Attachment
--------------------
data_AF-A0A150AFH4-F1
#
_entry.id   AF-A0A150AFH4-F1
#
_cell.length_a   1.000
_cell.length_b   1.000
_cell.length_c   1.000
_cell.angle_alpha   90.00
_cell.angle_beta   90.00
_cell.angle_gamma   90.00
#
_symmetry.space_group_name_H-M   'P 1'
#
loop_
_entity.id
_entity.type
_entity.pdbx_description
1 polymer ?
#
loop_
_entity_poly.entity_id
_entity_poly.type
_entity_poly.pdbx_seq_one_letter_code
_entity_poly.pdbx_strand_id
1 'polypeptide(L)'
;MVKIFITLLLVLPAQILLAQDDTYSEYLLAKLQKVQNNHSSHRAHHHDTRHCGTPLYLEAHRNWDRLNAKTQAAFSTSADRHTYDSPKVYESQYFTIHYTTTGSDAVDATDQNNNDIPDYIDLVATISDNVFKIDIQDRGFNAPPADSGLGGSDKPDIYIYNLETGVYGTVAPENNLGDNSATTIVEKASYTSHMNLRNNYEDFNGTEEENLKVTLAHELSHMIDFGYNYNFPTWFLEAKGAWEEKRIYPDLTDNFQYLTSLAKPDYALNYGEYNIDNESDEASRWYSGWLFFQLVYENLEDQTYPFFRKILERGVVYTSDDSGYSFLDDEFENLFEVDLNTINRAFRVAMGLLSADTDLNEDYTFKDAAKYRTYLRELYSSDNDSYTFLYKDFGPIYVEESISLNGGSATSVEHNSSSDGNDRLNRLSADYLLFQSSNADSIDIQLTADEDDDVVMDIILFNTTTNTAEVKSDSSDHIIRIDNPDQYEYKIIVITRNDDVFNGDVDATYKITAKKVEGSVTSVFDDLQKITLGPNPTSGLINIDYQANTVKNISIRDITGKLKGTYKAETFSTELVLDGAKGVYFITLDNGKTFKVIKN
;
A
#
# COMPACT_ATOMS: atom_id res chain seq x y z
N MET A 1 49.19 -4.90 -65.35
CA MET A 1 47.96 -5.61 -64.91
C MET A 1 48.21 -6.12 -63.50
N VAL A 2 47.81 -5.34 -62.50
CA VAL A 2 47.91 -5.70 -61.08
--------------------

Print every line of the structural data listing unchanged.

data_AF-A0A150AFH4-F1
#
_entry.id   AF-A0A150AFH4-F1
#
_cell.length_a   1.000
_cell.length_b   1.000
_cell.length_c   1.000
_cell.angle_alpha   90.00
_cell.angle_beta   90.00
_cell.angle_gamma   90.00
#
_symmetry.space_group_name_H-M   'P 1'
#
loop_
_entity.id
_entity.type
_entity.pdbx_description
1 polymer ?
#
loop_
_entity_poly.entity_id
_entity_poly.type
_entity_poly.pdbx_seq_one_letter_code
_entity_poly.pdbx_strand_id
1 'polypeptide(L)'
;MVKIFITLLLVLPAQILLAQDDTYSEYLLAKLQKVQNNHSSHRAHHHDTRHCGTPLYLEAHRNWDRLNAKTQAAFSTSADRHTYDSPKVYESQYFTIHYTTTGSDAVDATDQNNNDIPDYIDLVATISDNVFKIDIQDRGFNAPPADSGLGGSDKPDIYIYNLETGVYGTVAPENNLGDNSATTIVEKASYTSHMNLRNNYEDFNGTEEENLKVTLAHELSHMIDFGYNYNFPTWFLEAKGAWEEKRIYPDLTDNFQYLTSLAKPDYALNYGEYNIDNESDEASRWYSGWLFFQLVYENLEDQTYPFFRKILERGVVYTSDDSGYSFLDDEFENLFEVDLNTINRAFRVAMGLLSADTDLNEDYTFKDAAKYRTYLRELYSSDNDSYTFLYKDFGPIYVEESISLNGGSATSVEHNSSSDGNDRLNRLSADYLLFQSSNADSIDIQLTADEDDDVVMDIILFNTTTNTAEVKSDSSDHIIRIDNPDQYEYKIIVITRNDDVFNGDVDATYKITAKKVEGSVTSVFDDLQKITLGPNPTSGLINIDYQANTVKNISIRDITGKLKGTYKAETFSTELVLDGAKGVYFITLDNGKTFKVIKN
;
A
#
# COMPACT_ATOMS: atom_id res chain seq x y z
N MET A 1 49.19 -4.90 -65.35
CA MET A 1 47.96 -5.61 -64.91
C MET A 1 48.21 -6.12 -63.50
N VAL A 2 47.81 -5.34 -62.50
CA VAL A 2 47.91 -5.70 -61.08